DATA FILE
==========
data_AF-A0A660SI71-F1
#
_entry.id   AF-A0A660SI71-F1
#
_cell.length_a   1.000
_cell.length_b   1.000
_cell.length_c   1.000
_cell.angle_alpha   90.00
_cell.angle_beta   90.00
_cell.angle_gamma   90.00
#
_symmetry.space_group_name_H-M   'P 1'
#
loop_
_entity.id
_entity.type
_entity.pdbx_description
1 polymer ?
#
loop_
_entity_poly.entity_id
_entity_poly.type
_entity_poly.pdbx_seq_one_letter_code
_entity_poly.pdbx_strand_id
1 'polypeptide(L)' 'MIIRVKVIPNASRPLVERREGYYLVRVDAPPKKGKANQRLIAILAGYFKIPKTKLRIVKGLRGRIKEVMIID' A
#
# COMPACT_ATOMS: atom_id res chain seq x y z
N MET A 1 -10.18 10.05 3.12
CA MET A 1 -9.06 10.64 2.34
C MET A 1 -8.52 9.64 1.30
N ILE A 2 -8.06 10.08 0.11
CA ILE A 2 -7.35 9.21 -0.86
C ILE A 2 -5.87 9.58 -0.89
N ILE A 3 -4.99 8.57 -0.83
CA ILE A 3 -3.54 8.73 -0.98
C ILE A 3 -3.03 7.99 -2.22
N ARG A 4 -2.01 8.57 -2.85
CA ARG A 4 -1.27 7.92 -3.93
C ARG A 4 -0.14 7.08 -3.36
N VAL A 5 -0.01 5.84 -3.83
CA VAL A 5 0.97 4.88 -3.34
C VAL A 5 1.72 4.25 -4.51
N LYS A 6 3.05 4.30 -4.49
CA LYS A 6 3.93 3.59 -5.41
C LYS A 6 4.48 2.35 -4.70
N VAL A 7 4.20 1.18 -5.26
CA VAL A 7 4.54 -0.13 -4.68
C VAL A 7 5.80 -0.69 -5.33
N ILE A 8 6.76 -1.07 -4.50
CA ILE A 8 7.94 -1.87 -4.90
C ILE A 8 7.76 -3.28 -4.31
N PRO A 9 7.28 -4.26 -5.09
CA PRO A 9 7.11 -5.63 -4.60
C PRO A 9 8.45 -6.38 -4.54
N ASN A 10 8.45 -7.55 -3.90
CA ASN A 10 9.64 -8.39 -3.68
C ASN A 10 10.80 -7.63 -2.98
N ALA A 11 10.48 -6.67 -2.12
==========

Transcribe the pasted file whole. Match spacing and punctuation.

data_AF-A0A660SI71-F1
#
_entry.id   AF-A0A660SI71-F1
#
_cell.length_a   1.000
_cell.length_b   1.000
_cell.length_c   1.000
_cell.angle_alpha   90.00
_cell.angle_beta   90.00
_cell.angle_gamma   90.00
#
_symmetry.space_group_name_H-M   'P 1'
#
loop_
_entity.id
_entity.type
_entity.pdbx_description
1 polymer ?
#
loop_
_entity_poly.entity_id
_entity_poly.type
_entity_poly.pdbx_seq_one_letter_code
_entity_poly.pdbx_strand_id
1 'polypeptide(L)' 'MIIRVKVIPNASRPLVERREGYYLVRVDAPPKKGKANQRLIAILAGYFKIPKTKLRIVKGLRGRIKEVMIID' A
#
# COMPACT_ATOMS: atom_id res chain seq x y z
N MET A 1 -10.18 10.05 3.12
CA MET A 1 -9.06 10.64 2.34
C MET A 1 -8.52 9.64 1.30
N ILE A 2 -8.06 10.08 0.11
CA ILE A 2 -7.35 9.21 -0.86
C ILE A 2 -5.87 9.58 -0.89
N ILE A 3 -4.99 8.57 -0.83
CA ILE A 3 -3.54 8.73 -0.98
C ILE A 3 -3.03 7.99 -2.22
N ARG A 4 -2.01 8.57 -2.85
CA ARG A 4 -1.27 7.92 -3.93
C ARG A 4 -0.14 7.08 -3.36
N VAL A 5 -0.01 5.84 -3.83
CA VAL A 5 0.97 4.88 -3.34
C VAL A 5 1.72 4.25 -4.51
N LYS A 6 3.05 4.30 -4.49
CA LYS A 6 3.93 3.59 -5.41
C LYS A 6 4.48 2.35 -4.70
N VAL A 7 4.20 1.18 -5.26
CA VAL A 7 4.54 -0.13 -4.68
C VAL A 7 5.80 -0.69 -5.33
N ILE A 8 6.76 -1.07 -4.50
CA ILE A 8 7.94 -1.87 -4.90
C ILE A 8 7.76 -3.28 -4.31
N PRO A 9 7.28 -4.26 -5.09
CA PRO A 9 7.11 -5.63 -4.60
C PRO A 9 8.45 -6.38 -4.54
N ASN A 10 8.45 -7.55 -3.90
CA ASN A 10 9.64 -8.39 -3.68
C ASN A 10 10.80 -7.63 -2.98
N ALA A 11 10.48 -6.67 -2.12